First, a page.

This Christmas, Oso is getting a new set of wheels and hopefully a new family.
Estimated to be 3 to 4 years old and a basset hound mix, Oso was paralyzed from the waist down after being hit by a motorcycle. The impact fractured a vertebra between the thoracic and lumbar spine, which healed improperly, said Nicole Putney, veterinarian for the Humane Society of the Pikes Peak Region. Though it's difficult to tell how long ago the injury happened, Putney said, Oso is lucky to be alive.
"It's definitely an old fracture, and it's a permanent spinal cord injury," she said. "But he doesn't really even realize he has the injury. He's all muscle up front and you can see he just keeps going."
Oso was transferred to HSPPR from the Noah's Ark Animal Welfare Association in Trinidad. Part of a $5,000 grant from the American Society for the Prevention of Cruelty to Animals covered the costs, through the "Share the Love" rescue ride campaign. Sponsored also by Subaru, the program focuses on transferring animals from overcrowded or remote shelters to locations where they might have a better chance of getting adopted through the holidays, said Katie Borremans, spokesperson for HSPPR.
Oso arrived in Colorado Springs on Wednesday afternoon. Following blood tests, X-rays and plenty of loving attention from the staff, he was fitted for a custom dog wheelchair on Thursday.
"His previous owners constructed a makeshift wheelchair out of PVC pipe and stroller wheels," Putney said. "It's great what they did for him, but we want the best wheelchair possible for Oso."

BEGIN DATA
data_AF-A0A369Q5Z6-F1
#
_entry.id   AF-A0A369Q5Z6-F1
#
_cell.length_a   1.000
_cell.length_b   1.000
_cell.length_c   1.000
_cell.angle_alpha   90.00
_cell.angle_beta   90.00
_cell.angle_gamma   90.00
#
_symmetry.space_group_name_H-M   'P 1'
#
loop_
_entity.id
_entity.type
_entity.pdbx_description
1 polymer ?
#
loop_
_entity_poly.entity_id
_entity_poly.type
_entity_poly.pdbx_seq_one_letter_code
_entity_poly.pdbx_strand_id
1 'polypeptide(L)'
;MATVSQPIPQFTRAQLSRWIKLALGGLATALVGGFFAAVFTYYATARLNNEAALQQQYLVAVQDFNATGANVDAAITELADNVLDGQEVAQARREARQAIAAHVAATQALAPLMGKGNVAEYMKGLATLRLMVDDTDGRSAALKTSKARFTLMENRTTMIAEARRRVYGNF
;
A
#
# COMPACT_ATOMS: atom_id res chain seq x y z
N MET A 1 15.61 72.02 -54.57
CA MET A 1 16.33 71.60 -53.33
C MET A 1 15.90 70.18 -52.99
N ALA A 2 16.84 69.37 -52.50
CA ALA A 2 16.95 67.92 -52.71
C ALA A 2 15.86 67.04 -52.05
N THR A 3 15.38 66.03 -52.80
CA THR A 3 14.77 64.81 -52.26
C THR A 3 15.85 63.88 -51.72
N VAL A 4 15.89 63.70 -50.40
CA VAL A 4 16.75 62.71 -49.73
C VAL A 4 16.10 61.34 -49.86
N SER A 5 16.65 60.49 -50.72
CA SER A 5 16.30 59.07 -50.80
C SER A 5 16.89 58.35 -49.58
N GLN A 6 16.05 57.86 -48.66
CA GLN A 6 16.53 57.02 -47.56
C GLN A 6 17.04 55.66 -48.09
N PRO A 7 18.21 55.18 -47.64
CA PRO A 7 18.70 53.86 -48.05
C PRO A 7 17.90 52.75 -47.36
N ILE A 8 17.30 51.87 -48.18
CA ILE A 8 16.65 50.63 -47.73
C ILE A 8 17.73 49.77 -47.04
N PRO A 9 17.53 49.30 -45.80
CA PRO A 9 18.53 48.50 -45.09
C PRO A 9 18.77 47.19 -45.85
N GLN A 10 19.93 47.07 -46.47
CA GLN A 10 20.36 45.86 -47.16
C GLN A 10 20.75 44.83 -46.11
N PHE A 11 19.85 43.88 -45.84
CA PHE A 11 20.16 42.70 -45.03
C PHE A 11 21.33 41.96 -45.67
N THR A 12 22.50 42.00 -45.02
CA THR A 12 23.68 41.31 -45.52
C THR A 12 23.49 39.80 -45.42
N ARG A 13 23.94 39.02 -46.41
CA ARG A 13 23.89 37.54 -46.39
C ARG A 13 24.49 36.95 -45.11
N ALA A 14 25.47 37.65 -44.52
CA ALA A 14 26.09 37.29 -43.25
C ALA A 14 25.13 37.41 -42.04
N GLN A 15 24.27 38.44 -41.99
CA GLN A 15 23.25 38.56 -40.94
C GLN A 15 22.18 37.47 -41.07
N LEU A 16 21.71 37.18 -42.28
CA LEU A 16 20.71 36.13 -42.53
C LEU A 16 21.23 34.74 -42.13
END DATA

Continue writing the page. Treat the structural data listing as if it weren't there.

After an extensive measuring process, Putney and Francesca Anderson, surgery center customer service representative for HSPPR, provided the information to Doggon' Wheels, a custom dog wheelchair provider. Oso's new wheelchair will cost about $400 and will be covered by HSPPR, Borremans said. While this is the first wheelchair dog that HSPPR staff could remember at its facility, Putney said wheelchairs for animals are becoming more common.
Now the search begins for a potential owner who has a great relationship with a veterinarian and either experience with disabled pets or a commitment to caring for Oso. Putney said the biggest challenge is keeping Oso clean from urination and defecation as he has no motor function in his hind end.
"He'll have more challenges than other dogs, but he has a chance," Putney said. "I think with his adventurous personality and being still pretty young, he's got a great shot."
Oso's new owner will have a consultation with HSPPR medical staff and receive training on wheelchair maintenance and how to keep Oso clean. His adoption fee is $130, which includes a voucher for a veterinarian exam, vaccinations, 30 days of pet health insurance, a one-year dog license and a microchip. Oso will be neutered before he is available for adoption.
HSPPR does not have a date set for Oso's availability but is hoping to have him ready later this week, said Gretchen Pressley, communications specialist for HSPPR.
For more information on adopting Oso, visit hsppr.org, call 473-1741 or stop by the Humane Society of the Pikes Peak Region, 610 Abbot Lane.
To give this holiday season to help Oso and other disabled animals in Colorado Springs, visit hsppr.org/donate.